Commissioner Margaret White AO used her opening remarks to very helpfully explain the processes through which witnesses are summoned or seek leave to appear before the court. She also stated that:

“There can be no one in our community who is not anxious to find out if there are ways to bring about a significant reduction in child offending so that those children may live fulfilling lives in harmony with their own communities and so that a broader civil society may prevail, overall, in the Territory.”

Following the openings from the Commissioners, the two counsel assisting – Peter Callaghan SC and Tony McAvoy SC – had the chance to slot in their two cents. Callaghan should be applauded for mentioning the importance of diversionary measures in preventing crime, stating that “There are obvious and profound benefits, for the children, their families and the community, if such measures can be deployed successfully.” McAvoy likewise deserves praise for directing the attention of Commission to the Convention on the Rights of the Child (CROC). You might not know it in Australia, but human rights conventions exist for a reason – to set a minimum standard of behaviour for the treatment of the most vulnerable members of society. Australia would do well to put more focus on human rights instruments, and this royal commission is a very good place to start.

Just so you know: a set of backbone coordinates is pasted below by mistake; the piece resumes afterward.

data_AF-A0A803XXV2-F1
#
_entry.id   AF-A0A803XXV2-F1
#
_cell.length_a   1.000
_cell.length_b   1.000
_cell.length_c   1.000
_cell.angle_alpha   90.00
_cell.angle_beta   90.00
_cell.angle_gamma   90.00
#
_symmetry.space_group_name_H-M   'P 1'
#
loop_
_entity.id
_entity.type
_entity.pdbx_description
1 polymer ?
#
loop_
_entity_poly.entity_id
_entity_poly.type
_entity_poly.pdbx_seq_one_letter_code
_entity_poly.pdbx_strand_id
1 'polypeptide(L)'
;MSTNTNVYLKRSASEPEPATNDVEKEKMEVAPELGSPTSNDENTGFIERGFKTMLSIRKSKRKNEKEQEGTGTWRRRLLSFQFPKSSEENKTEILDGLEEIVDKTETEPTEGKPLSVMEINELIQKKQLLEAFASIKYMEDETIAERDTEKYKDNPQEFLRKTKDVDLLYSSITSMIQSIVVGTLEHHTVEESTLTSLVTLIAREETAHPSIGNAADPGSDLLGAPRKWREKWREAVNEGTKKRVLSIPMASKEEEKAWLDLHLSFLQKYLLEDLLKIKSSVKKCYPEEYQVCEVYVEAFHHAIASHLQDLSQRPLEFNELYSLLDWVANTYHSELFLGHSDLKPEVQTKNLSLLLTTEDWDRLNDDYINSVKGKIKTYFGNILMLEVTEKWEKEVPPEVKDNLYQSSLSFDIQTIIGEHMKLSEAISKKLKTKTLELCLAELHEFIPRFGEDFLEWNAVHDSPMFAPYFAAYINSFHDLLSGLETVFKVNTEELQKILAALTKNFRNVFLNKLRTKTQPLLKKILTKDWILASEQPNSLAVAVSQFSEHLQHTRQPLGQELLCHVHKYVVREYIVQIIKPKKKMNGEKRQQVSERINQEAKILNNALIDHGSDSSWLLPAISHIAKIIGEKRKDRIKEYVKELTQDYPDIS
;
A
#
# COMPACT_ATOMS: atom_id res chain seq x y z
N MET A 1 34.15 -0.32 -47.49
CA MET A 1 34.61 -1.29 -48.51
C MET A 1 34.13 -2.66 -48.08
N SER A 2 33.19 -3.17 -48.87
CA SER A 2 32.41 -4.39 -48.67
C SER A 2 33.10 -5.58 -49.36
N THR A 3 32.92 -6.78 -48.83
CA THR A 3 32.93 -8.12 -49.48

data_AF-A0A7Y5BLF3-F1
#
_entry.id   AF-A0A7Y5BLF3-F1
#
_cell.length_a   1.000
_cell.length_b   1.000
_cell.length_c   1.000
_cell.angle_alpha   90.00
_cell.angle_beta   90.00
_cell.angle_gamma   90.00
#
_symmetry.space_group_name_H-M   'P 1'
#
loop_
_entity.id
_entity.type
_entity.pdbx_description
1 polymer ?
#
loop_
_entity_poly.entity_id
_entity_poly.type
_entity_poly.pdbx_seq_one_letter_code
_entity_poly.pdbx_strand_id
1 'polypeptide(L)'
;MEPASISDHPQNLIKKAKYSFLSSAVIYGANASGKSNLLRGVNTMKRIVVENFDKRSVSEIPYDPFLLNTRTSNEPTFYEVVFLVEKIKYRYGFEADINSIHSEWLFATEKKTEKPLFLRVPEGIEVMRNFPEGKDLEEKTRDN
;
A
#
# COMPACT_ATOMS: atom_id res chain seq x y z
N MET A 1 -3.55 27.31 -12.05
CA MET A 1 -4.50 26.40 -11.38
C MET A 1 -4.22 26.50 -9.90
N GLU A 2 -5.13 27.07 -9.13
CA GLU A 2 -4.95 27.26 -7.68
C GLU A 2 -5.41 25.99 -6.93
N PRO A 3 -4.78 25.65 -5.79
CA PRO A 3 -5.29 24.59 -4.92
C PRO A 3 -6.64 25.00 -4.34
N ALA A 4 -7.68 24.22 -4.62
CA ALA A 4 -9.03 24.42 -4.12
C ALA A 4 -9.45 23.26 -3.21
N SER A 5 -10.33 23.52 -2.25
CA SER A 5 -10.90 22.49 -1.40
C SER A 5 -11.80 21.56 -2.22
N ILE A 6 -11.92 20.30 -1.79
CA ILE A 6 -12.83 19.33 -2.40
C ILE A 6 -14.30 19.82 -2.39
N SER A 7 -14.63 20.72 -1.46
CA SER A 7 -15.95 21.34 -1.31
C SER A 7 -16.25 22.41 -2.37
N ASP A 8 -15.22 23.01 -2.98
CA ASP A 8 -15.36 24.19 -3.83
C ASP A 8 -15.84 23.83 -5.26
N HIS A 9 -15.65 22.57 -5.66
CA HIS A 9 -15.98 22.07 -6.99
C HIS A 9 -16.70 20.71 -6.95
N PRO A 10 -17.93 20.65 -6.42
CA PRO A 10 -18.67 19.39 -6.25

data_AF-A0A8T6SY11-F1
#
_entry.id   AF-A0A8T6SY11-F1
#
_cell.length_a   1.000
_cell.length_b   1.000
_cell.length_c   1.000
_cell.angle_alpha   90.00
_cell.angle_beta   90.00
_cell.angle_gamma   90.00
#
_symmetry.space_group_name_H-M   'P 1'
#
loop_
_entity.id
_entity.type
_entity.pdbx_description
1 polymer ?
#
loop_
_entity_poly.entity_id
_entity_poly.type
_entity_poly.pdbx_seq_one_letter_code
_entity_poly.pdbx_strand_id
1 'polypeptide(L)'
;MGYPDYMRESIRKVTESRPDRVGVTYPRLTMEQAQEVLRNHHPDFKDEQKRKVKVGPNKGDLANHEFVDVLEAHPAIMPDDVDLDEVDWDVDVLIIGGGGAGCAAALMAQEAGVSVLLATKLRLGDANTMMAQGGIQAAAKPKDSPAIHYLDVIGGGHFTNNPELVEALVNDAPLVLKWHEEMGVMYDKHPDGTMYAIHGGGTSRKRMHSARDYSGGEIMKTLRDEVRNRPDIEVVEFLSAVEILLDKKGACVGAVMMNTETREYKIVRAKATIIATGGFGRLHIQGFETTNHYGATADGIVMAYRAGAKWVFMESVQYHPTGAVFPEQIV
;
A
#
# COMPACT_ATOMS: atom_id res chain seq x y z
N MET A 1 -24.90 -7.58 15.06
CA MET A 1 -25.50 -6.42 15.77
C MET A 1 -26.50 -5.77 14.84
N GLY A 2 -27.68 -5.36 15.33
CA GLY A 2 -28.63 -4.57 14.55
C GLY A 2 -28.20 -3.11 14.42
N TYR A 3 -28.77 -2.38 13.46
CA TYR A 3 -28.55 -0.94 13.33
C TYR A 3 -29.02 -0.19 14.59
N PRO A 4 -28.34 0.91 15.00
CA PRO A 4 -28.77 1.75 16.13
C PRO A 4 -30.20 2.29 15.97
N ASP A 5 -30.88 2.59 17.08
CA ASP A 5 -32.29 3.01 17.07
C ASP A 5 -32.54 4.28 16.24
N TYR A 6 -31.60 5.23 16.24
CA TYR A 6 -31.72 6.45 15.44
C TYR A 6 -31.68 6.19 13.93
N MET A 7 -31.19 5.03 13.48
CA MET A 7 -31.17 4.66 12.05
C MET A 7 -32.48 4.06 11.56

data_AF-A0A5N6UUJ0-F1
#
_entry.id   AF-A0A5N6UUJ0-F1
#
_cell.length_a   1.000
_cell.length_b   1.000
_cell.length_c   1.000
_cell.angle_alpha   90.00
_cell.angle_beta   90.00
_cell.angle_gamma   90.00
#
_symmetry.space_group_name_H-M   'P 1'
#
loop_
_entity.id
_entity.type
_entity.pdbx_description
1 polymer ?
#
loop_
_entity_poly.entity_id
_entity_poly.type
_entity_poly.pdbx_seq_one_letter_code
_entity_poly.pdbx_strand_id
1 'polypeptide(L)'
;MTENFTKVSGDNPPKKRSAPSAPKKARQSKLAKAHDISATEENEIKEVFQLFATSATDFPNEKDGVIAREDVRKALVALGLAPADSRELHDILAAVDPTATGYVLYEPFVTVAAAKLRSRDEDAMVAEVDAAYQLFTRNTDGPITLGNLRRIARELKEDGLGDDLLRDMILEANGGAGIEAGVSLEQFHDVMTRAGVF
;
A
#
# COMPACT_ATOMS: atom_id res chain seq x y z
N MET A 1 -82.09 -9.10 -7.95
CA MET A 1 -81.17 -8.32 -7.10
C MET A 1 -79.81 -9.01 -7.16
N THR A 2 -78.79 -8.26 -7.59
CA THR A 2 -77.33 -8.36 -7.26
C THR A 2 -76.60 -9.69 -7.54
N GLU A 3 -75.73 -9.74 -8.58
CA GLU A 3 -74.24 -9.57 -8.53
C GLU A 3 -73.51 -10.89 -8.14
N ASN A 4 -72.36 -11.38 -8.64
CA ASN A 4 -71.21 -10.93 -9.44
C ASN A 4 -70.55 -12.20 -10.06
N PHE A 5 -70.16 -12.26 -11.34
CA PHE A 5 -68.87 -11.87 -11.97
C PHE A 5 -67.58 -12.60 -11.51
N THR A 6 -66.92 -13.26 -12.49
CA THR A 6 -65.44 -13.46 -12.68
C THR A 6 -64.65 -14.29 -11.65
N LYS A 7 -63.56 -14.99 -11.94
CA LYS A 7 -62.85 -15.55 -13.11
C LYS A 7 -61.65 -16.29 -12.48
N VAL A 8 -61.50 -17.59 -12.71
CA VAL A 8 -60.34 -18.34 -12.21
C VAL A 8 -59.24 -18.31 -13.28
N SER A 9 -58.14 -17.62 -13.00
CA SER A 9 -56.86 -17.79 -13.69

With all the pre-written formalities over, Commissioner White invited the lawyers in the room to publicly record their applications to appear before the Commission. This wasn’t strictly necessary (the applications also have to be formally submitted, and it is those paper applications which matter), but this part of the day provided a bit of levity. The lawyer for NAAJA was at first unable to explain what his acronym means,* prompting Commissioner White to joke that “the Territory is more full of acronyms than any other place I’ve ever encountered”.